How many candidates do you talk to in a week? How many do you reach out to to secure those conversations?
In our line of work, there’s a fine balance between quality and quantity. It’s easy to just go through the motions of hiring without putting much thought into who we’re talking to or the goal of conversations we’re having. I’ve seen countless recruiters who speak with a candidate once, send an email or two to schedule interviews, fail to build a relationship, and are blindsided when a candidate withdraws or declines an offer.
News flash: You should be the main point of contact for candidates during the hiring process.
As the candidates move through the interview stages, it’s up to you to keep them engaged and sell them on the amazing opportunity in front of them. While there is no magic recipe to making a hire, you should always strive to connect with the candidate, help them navigate the hiring process and set yourself apart (in a good way!).
Want to have BIG impact on your next req? Follow these 5 tips to help your hiring manager land the best talent:
1. The initial outreach: Make it as personal as possible!
How many times have you gotten a canned LinkedIn message from another recruiter and immediately shrugged it off? You know a hundred other people probably got the exact same message – no reference to your company, your role, or how your experience aligns with the job they’re trying to fill.
Your first outreach is such an easy place to stand out. By tailoring your message to show that you’ve done your research, you automatically make the candidate feel valued and start the relationship off on the right foot. Include a specific piece of information that you found on her profile and let her know why/how that makes her a good fit – be it the industry experience, her current position, or something she mentions in her bio.
2. That very first phone call: Be transparent and establish trust.
Getting on the phone with a recruiter can be overwhelming, especially for a passive candidate (and yes, the best ones are always passive). Make sure you take time to build your relationship and begin establishing trust:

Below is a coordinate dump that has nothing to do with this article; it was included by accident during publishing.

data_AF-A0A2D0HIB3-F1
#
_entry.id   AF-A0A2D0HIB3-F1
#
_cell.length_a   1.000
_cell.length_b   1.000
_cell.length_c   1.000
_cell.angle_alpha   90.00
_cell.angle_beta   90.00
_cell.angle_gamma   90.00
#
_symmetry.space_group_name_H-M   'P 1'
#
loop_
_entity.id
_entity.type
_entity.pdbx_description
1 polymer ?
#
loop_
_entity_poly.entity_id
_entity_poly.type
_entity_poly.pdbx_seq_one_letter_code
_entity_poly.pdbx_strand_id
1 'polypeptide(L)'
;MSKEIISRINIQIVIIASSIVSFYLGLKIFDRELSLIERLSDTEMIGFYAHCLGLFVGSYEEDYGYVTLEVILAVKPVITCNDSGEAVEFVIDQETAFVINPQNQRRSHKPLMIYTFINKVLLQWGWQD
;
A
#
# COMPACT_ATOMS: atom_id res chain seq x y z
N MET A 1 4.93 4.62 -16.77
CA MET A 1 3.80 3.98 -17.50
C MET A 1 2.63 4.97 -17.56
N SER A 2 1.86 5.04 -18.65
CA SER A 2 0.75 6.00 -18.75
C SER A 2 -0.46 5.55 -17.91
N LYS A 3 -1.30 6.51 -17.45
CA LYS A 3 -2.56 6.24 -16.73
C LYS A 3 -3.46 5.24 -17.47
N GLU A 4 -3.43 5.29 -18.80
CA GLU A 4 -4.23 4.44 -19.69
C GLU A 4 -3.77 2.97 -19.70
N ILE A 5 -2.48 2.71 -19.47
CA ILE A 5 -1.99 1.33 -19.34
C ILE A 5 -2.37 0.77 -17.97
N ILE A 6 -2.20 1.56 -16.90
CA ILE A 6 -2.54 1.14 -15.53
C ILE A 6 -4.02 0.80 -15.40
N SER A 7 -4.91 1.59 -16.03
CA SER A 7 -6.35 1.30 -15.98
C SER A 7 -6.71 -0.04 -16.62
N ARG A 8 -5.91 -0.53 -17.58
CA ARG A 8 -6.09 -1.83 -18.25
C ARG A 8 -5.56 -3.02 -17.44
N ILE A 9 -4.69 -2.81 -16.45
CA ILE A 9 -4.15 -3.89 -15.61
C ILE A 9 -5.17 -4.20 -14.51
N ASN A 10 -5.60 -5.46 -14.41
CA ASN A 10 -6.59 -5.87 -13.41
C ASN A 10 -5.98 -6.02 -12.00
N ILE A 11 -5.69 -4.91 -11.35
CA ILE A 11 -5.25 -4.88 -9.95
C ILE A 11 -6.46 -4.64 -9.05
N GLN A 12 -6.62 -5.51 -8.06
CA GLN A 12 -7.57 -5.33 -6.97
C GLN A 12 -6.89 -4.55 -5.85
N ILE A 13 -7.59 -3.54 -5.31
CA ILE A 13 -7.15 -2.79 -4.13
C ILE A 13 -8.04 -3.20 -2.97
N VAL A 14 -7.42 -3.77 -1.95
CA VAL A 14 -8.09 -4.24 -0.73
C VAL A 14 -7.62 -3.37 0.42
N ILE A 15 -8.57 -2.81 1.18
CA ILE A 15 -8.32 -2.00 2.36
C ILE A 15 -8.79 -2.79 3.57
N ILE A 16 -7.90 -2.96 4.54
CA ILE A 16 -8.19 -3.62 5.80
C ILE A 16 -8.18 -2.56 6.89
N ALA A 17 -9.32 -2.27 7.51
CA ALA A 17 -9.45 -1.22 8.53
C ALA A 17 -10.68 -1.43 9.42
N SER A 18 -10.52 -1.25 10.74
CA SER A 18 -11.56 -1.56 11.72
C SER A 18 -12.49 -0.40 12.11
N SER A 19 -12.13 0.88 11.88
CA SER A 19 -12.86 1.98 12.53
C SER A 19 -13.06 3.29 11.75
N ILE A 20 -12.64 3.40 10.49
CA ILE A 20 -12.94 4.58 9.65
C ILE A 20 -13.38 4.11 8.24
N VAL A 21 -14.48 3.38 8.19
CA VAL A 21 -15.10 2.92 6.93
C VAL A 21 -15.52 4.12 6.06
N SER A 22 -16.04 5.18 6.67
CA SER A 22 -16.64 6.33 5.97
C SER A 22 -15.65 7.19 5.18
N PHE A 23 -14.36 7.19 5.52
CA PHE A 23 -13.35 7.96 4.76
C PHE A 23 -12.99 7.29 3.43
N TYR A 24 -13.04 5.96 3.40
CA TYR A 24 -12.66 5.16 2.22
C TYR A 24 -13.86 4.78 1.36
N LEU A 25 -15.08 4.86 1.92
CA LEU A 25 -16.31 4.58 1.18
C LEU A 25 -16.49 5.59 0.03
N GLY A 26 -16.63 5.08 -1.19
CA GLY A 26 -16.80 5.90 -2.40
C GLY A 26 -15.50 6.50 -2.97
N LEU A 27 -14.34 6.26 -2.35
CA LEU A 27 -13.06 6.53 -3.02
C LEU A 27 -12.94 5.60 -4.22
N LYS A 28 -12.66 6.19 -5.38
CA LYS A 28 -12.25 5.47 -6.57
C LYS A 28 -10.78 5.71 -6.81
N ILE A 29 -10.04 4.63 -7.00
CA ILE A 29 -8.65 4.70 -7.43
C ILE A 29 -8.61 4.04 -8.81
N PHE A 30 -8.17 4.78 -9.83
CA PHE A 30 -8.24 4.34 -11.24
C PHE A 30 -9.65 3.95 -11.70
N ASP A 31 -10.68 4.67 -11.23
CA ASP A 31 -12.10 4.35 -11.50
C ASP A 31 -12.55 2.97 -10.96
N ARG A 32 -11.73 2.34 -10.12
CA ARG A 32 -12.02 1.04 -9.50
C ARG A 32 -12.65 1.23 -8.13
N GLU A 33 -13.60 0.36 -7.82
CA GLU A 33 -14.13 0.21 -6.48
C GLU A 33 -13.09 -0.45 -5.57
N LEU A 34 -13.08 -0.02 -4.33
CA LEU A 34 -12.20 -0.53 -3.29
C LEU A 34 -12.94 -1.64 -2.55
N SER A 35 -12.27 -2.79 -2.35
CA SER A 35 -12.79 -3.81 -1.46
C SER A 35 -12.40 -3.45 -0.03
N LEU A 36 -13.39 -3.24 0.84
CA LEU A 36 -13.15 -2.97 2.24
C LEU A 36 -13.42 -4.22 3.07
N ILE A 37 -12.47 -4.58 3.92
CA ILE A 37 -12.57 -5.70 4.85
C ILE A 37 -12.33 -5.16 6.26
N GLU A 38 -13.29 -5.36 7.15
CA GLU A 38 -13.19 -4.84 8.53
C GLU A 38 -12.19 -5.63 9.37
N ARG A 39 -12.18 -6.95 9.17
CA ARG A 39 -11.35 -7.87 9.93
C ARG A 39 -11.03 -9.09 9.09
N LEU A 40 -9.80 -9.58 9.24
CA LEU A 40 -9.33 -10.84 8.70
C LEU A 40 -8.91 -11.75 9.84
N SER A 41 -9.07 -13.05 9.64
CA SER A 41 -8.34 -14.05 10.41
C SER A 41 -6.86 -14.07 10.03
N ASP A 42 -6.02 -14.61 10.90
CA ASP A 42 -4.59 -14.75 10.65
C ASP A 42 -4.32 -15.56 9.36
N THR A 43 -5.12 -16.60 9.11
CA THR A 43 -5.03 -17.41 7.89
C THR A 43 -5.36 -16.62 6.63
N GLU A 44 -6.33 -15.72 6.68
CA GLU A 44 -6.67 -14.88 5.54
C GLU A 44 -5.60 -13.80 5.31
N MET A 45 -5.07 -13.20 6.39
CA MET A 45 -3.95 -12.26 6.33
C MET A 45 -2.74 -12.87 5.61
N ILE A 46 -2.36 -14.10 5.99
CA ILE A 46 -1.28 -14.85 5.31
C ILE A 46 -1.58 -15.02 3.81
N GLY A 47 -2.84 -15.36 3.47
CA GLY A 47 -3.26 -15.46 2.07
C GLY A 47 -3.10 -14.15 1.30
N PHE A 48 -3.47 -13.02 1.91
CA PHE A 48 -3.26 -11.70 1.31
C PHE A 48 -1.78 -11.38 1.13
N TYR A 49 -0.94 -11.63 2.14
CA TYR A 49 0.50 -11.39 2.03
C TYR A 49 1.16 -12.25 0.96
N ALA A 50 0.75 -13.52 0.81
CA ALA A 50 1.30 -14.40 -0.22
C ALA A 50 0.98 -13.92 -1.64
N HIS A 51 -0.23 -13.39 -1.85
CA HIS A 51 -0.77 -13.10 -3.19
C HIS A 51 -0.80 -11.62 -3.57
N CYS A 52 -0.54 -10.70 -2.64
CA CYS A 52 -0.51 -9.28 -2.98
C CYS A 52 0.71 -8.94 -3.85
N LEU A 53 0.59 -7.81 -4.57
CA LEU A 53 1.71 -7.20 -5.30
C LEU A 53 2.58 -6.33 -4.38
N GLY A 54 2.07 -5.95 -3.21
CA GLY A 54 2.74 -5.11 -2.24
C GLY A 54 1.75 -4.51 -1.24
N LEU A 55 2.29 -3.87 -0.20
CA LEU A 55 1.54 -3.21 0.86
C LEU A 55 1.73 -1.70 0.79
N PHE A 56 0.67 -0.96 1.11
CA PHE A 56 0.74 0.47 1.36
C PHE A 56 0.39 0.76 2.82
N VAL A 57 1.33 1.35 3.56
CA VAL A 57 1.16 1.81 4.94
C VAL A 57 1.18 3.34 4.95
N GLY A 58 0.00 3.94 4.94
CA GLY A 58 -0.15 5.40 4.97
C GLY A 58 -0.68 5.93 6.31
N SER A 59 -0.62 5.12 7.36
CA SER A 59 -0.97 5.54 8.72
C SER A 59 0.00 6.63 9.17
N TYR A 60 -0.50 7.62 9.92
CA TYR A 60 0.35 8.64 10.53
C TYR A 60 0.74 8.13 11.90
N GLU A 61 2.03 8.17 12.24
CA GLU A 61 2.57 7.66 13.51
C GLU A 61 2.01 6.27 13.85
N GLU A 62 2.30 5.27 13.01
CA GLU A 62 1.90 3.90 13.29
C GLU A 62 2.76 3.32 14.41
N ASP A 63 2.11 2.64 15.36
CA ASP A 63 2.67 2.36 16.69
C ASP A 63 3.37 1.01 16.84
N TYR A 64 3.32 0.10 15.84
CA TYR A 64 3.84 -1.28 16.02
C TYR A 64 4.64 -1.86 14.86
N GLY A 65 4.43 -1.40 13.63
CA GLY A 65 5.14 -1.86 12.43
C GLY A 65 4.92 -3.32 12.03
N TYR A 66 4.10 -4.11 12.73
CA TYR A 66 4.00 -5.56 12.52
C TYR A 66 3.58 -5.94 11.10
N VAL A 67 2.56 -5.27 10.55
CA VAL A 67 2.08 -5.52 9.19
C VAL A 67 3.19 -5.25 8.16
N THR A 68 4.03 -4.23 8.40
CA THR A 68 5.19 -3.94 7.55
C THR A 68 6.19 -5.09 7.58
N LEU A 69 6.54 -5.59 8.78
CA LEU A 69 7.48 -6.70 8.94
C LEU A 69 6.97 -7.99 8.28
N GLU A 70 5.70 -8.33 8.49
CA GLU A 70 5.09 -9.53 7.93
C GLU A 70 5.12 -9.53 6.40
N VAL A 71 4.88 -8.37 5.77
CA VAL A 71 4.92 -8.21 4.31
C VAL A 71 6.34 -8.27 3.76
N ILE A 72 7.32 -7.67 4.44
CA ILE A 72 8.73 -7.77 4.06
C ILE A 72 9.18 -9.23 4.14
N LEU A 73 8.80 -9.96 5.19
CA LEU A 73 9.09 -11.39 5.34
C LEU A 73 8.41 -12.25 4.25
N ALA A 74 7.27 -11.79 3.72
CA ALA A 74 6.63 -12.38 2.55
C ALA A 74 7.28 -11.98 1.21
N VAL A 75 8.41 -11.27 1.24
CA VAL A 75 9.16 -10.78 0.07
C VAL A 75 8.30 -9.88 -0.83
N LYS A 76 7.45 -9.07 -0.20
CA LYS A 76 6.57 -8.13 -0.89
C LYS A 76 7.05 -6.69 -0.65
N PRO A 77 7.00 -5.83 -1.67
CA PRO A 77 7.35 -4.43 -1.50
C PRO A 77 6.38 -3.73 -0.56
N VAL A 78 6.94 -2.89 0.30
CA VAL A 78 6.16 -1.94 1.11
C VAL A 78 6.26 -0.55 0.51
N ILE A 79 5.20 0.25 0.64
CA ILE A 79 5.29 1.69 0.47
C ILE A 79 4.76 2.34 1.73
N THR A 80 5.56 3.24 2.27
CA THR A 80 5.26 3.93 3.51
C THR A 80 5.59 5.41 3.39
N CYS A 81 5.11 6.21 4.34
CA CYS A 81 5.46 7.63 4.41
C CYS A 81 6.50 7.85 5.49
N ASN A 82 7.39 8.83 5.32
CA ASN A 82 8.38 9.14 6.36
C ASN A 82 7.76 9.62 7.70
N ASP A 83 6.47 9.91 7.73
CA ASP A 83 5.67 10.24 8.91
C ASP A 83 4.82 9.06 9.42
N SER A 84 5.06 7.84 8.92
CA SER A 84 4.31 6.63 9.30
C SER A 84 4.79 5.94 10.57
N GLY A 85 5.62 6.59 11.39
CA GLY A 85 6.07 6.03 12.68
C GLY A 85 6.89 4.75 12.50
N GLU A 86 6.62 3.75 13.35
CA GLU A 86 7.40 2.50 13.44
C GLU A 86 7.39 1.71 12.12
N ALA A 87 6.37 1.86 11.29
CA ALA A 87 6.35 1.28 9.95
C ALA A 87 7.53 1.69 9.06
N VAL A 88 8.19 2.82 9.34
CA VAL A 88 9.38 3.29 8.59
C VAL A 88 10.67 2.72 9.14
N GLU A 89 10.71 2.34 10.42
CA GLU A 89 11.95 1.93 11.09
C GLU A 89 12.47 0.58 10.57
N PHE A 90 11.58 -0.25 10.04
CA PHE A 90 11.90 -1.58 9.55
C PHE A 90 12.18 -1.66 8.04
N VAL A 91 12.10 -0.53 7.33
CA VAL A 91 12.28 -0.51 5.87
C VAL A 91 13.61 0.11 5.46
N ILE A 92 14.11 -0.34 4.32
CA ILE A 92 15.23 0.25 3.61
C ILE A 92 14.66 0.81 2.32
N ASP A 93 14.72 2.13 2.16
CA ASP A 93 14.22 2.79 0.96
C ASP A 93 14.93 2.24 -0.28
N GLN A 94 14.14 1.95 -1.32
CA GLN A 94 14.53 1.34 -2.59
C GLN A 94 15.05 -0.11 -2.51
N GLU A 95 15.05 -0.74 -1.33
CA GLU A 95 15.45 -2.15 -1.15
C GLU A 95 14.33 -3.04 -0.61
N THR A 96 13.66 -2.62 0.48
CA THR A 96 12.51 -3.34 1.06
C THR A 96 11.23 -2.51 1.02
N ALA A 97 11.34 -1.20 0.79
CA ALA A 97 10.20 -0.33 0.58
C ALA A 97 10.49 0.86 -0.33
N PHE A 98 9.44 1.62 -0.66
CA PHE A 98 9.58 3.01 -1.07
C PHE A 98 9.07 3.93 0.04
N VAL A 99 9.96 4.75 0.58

- Give her insight into your role in the process and be transparent about what the company is looking for in this hire.
- Listen to them and don’t just rattle off a list of questions!
- Let them know how you can be a resource beyond the call – whether things progress in this interview process or not. They’ll feel like you’re taking them seriously and forming a real relationship, rather than just trying to fill a req.
Use this call to set the tone for your relationship. If the candidate trusts you, she will open up to you more – what she’s really looking for, compensation, reasons for leaving, etc. – all valuable insights when hiring!
3. During the interview process: Communicate, and communicate often!
As a candidate moves through the interview process, recruiters often do a handoff to the hiring manager, stop communicating directly with the candidate and lose touch. Don’t let that happen! Regular phone calls, emails, and text messages go a long way to helping the candidate feel engaged and kept in the loop.
After each step, try and grab a few minutes on the phone with them. Give them updates, get their feedback, and dig into their concerns – most of all, make yourself available. You are the “eyes and ears” for the hiring manager – by taking these opportunities to dig in, you can pick up on pieces of information that can be useful in closing or even disqualifying the candidate.
4. Offer stage: Extending an offer, or maybe not…
Hooray! You have a candidate in play that everyone loves and the team is ready to extend an offer. By now you should have a good idea whether or not the candidate will accept, but give them a call and let them know the hiring manager has some positive news and wants to chat. By planting the seed for the upcoming conversation, you’re giving them the opportunity to gather their thoughts and prepare for an offer.
When things don’t go as hoped, it often falls on the recruiter to be the bearer of bad news and let a candidate know the team is passing. Be tactful in your transparency, but give as much honest and constructive feedback as possible.
5. Know your limits: It’s not all on you
While there are many situations you can, and should, handle yourself, sometimes it’s better to pull the hiring manager in. For example, if a candidate expresses concerns about learning the product/industry quickly enough or is unsure about the growth path for the role, the hiring manager needs to know. By raising these issues with the hiring manager, you’re giving both parties the opportunity to iron out any concerns and make sure there is a mutual fit earlier in the process. Similarly, if the team is passing, the hiring manager may want to follow up after you communicate the message to the candidate, especially for senior level roles or if the process was lengthy. A final message (preferably over the phone!) from the hiring manager shows respect, gratitude, and hopefully leaves the candidate feeling positive about the company.